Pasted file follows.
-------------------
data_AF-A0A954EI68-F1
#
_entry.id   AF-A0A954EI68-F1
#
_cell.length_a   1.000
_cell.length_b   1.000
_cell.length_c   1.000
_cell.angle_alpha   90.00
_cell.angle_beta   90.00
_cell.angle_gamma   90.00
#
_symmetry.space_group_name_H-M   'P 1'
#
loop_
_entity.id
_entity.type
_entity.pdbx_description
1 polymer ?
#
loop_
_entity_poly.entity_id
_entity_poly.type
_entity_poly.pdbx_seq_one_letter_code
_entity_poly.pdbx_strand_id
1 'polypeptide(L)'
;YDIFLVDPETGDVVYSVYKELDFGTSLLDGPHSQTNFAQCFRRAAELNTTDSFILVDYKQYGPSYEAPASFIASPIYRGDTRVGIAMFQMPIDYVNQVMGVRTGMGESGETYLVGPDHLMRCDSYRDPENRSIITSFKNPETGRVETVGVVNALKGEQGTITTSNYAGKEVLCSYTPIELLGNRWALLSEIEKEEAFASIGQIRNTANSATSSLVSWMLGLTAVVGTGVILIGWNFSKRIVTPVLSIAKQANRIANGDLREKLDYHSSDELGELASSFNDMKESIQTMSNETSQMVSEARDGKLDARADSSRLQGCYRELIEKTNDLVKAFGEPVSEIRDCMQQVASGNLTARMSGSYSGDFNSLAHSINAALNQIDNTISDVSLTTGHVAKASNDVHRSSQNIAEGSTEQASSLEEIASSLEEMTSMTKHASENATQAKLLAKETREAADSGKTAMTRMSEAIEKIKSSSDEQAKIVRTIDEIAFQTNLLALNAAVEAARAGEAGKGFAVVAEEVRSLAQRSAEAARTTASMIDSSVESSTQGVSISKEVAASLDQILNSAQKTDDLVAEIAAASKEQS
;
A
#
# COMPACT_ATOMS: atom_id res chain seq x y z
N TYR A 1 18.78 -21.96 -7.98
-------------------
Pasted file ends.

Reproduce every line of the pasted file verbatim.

data_AF-A0A954EI68-F1
#
_entry.id   AF-A0A954EI68-F1
#
_cell.length_a   1.000
_cell.length_b   1.000
_cell.length_c   1.000
_cell.angle_alpha   90.00
_cell.angle_beta   90.00
_cell.angle_gamma   90.00
#
_symmetry.space_group_name_H-M   'P 1'
#
loop_
_entity.id
_entity.type
_entity.pdbx_description
1 polymer ?
#
loop_
_entity_poly.entity_id
_entity_poly.type
_entity_poly.pdbx_seq_one_letter_code
_entity_poly.pdbx_strand_id
1 'polypeptide(L)'
;YDIFLVDPETGDVVYSVYKELDFGTSLLDGPHSQTNFAQCFRRAAELNTTDSFILVDYKQYGPSYEAPASFIASPIYRGDTRVGIAMFQMPIDYVNQVMGVRTGMGESGETYLVGPDHLMRCDSYRDPENRSIITSFKNPETGRVETVGVVNALKGEQGTITTSNYAGKEVLCSYTPIELLGNRWALLSEIEKEEAFASIGQIRNTANSATSSLVSWMLGLTAVVGTGVILIGWNFSKRIVTPVLSIAKQANRIANGDLREKLDYHSSDELGELASSFNDMKESIQTMSNETSQMVSEARDGKLDARADSSRLQGCYRELIEKTNDLVKAFGEPVSEIRDCMQQVASGNLTARMSGSYSGDFNSLAHSINAALNQIDNTISDVSLTTGHVAKASNDVHRSSQNIAEGSTEQASSLEEIASSLEEMTSMTKHASENATQAKLLAKETREAADSGKTAMTRMSEAIEKIKSSSDEQAKIVRTIDEIAFQTNLLALNAAVEAARAGEAGKGFAVVAEEVRSLAQRSAEAARTTASMIDSSVESSTQGVSISKEVAASLDQILNSAQKTDDLVAEIAAASKEQS
;
A
#
# COMPACT_ATOMS: atom_id res chain seq x y z
N TYR A 1 18.78 -21.96 -7.98